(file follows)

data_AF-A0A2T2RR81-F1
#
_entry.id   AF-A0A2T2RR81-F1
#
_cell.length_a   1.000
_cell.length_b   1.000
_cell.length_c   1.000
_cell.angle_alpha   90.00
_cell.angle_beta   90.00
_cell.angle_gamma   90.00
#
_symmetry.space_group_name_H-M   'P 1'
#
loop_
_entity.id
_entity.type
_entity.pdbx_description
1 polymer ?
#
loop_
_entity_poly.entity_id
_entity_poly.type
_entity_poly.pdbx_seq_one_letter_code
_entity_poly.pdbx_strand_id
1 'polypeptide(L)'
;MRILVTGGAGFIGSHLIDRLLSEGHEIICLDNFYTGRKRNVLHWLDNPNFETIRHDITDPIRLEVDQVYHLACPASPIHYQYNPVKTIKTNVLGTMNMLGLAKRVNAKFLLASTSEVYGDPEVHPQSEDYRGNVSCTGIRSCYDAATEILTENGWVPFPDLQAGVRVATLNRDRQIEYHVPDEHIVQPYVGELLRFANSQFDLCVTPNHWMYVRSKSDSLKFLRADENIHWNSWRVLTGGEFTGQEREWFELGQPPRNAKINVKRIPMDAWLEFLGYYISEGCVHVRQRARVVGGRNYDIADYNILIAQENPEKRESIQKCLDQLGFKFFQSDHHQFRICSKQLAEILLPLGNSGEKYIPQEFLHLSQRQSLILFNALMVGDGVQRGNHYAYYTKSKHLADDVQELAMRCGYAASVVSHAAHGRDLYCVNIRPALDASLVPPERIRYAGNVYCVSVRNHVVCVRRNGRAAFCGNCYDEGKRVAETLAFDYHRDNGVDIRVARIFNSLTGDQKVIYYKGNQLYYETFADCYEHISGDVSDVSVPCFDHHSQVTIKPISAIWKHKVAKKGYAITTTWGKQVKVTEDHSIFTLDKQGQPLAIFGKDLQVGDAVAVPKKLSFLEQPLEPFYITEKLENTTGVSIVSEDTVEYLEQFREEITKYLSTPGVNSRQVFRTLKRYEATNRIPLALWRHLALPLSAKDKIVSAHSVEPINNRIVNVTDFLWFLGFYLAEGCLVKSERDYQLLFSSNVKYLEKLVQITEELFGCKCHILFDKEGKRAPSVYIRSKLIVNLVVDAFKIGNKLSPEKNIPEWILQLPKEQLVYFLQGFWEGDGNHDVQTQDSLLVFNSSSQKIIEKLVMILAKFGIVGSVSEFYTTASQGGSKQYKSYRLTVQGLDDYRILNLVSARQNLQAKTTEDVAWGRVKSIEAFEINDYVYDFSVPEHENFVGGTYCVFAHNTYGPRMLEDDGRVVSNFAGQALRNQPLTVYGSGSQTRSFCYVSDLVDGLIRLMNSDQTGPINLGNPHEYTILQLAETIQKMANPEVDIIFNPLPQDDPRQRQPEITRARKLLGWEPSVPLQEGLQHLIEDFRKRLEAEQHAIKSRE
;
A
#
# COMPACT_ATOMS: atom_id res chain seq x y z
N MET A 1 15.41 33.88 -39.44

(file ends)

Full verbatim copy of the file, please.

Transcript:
data_AF-A0A2T2RR81-F1
#
_entry.id   AF-A0A2T2RR81-F1
#
_cell.length_a   1.000
_cell.length_b   1.000
_cell.length_c   1.000
_cell.angle_alpha   90.00
_cell.angle_beta   90.00
_cell.angle_gamma   90.00
#
_symmetry.space_group_name_H-M   'P 1'
#
loop_
_entity.id
_entity.type
_entity.pdbx_description
1 polymer ?
#
loop_
_entity_poly.entity_id
_entity_poly.type
_entity_poly.pdbx_seq_one_letter_code
_entity_poly.pdbx_strand_id
1 'polypeptide(L)'
;MRILVTGGAGFIGSHLIDRLLSEGHEIICLDNFYTGRKRNVLHWLDNPNFETIRHDITDPIRLEVDQVYHLACPASPIHYQYNPVKTIKTNVLGTMNMLGLAKRVNAKFLLASTSEVYGDPEVHPQSEDYRGNVSCTGIRSCYDAATEILTENGWVPFPDLQAGVRVATLNRDRQIEYHVPDEHIVQPYVGELLRFANSQFDLCVTPNHWMYVRSKSDSLKFLRADENIHWNSWRVLTGGEFTGQEREWFELGQPPRNAKINVKRIPMDAWLEFLGYYISEGCVHVRQRARVVGGRNYDIADYNILIAQENPEKRESIQKCLDQLGFKFFQSDHHQFRICSKQLAEILLPLGNSGEKYIPQEFLHLSQRQSLILFNALMVGDGVQRGNHYAYYTKSKHLADDVQELAMRCGYAASVVSHAAHGRDLYCVNIRPALDASLVPPERIRYAGNVYCVSVRNHVVCVRRNGRAAFCGNCYDEGKRVAETLAFDYHRDNGVDIRVARIFNSLTGDQKVIYYKGNQLYYETFADCYEHISGDVSDVSVPCFDHHSQVTIKPISAIWKHKVAKKGYAITTTWGKQVKVTEDHSIFTLDKQGQPLAIFGKDLQVGDAVAVPKKLSFLEQPLEPFYITEKLENTTGVSIVSEDTVEYLEQFREEITKYLSTPGVNSRQVFRTLKRYEATNRIPLALWRHLALPLSAKDKIVSAHSVEPINNRIVNVTDFLWFLGFYLAEGCLVKSERDYQLLFSSNVKYLEKLVQITEELFGCKCHILFDKEGKRAPSVYIRSKLIVNLVVDAFKIGNKLSPEKNIPEWILQLPKEQLVYFLQGFWEGDGNHDVQTQDSLLVFNSSSQKIIEKLVMILAKFGIVGSVSEFYTTASQGGSKQYKSYRLTVQGLDDYRILNLVSARQNLQAKTTEDVAWGRVKSIEAFEINDYVYDFSVPEHENFVGGTYCVFAHNTYGPRMLEDDGRVVSNFAGQALRNQPLTVYGSGSQTRSFCYVSDLVDGLIRLMNSDQTGPINLGNPHEYTILQLAETIQKMANPEVDIIFNPLPQDDPRQRQPEITRARKLLGWEPSVPLQEGLQHLIEDFRKRLEAEQHAIKSRE
;
A
#
# COMPACT_ATOMS: atom_id res chain seq x y z
N MET A 1 15.41 33.88 -39.44